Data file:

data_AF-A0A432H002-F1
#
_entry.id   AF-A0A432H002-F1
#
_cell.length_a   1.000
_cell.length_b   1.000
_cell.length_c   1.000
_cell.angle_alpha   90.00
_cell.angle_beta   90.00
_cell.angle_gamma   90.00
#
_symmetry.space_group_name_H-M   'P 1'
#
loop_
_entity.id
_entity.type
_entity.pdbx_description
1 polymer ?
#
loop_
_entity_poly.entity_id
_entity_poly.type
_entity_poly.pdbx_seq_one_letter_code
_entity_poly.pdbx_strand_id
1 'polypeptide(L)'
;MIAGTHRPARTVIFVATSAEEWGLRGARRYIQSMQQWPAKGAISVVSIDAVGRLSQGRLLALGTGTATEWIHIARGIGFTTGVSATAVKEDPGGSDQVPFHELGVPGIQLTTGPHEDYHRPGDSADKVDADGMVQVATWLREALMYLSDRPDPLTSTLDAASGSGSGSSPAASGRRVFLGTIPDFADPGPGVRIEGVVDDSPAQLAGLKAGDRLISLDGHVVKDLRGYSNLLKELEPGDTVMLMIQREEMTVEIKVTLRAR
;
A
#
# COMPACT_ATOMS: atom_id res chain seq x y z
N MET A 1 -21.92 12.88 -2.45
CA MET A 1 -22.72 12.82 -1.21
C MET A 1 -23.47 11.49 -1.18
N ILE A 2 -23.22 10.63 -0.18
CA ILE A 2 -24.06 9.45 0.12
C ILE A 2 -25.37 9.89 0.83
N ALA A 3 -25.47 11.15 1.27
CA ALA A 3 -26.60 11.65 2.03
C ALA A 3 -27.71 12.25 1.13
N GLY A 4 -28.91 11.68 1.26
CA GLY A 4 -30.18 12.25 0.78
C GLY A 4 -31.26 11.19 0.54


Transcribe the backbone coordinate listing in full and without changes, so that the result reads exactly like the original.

data_AF-A0A432H002-F1
#
_entry.id   AF-A0A432H002-F1
#
_cell.length_a   1.000
_cell.length_b   1.000
_cell.length_c   1.000
_cell.angle_alpha   90.00
_cell.angle_beta   90.00
_cell.angle_gamma   90.00
#
_symmetry.space_group_name_H-M   'P 1'
#
loop_
_entity.id
_entity.type
_entity.pdbx_description
1 polymer ?
#
loop_
_entity_poly.entity_id
_entity_poly.type
_entity_poly.pdbx_seq_one_letter_code
_entity_poly.pdbx_strand_id
1 'polypeptide(L)'
;MIAGTHRPARTVIFVATSAEEWGLRGARRYIQSMQQWPAKGAISVVSIDAVGRLSQGRLLALGTGTATEWIHIARGIGFTTGVSATAVKEDPGGSDQVPFHELGVPGIQLTTGPHEDYHRPGDSADKVDADGMVQVATWLREALMYLSDRPDPLTSTLDAASGSGSGSSPAASGRRVFLGTIPDFADPGPGVRIEGVVDDSPAQLAGLKAGDRLISLDGHVVKDLRGYSNLLKELEPGDTVMLMIQREEMTVEIKVTLRAR
;
A
#
# COMPACT_ATOMS: atom_id res chain seq x y z
N MET A 1 -21.92 12.88 -2.45
CA MET A 1 -22.72 12.82 -1.21
C MET A 1 -23.47 11.49 -1.18
N ILE A 2 -23.22 10.63 -0.18
CA ILE A 2 -24.06 9.45 0.12
C ILE A 2 -25.37 9.89 0.83
N ALA A 3 -25.47 11.15 1.27
CA ALA A 3 -26.60 11.65 2.03
C ALA A 3 -27.71 12.25 1.13
N GLY A 4 -28.91 11.68 1.26
CA GLY A 4 -30.18 12.25 0.78
C GLY A 4 -31.26 11.19 0.54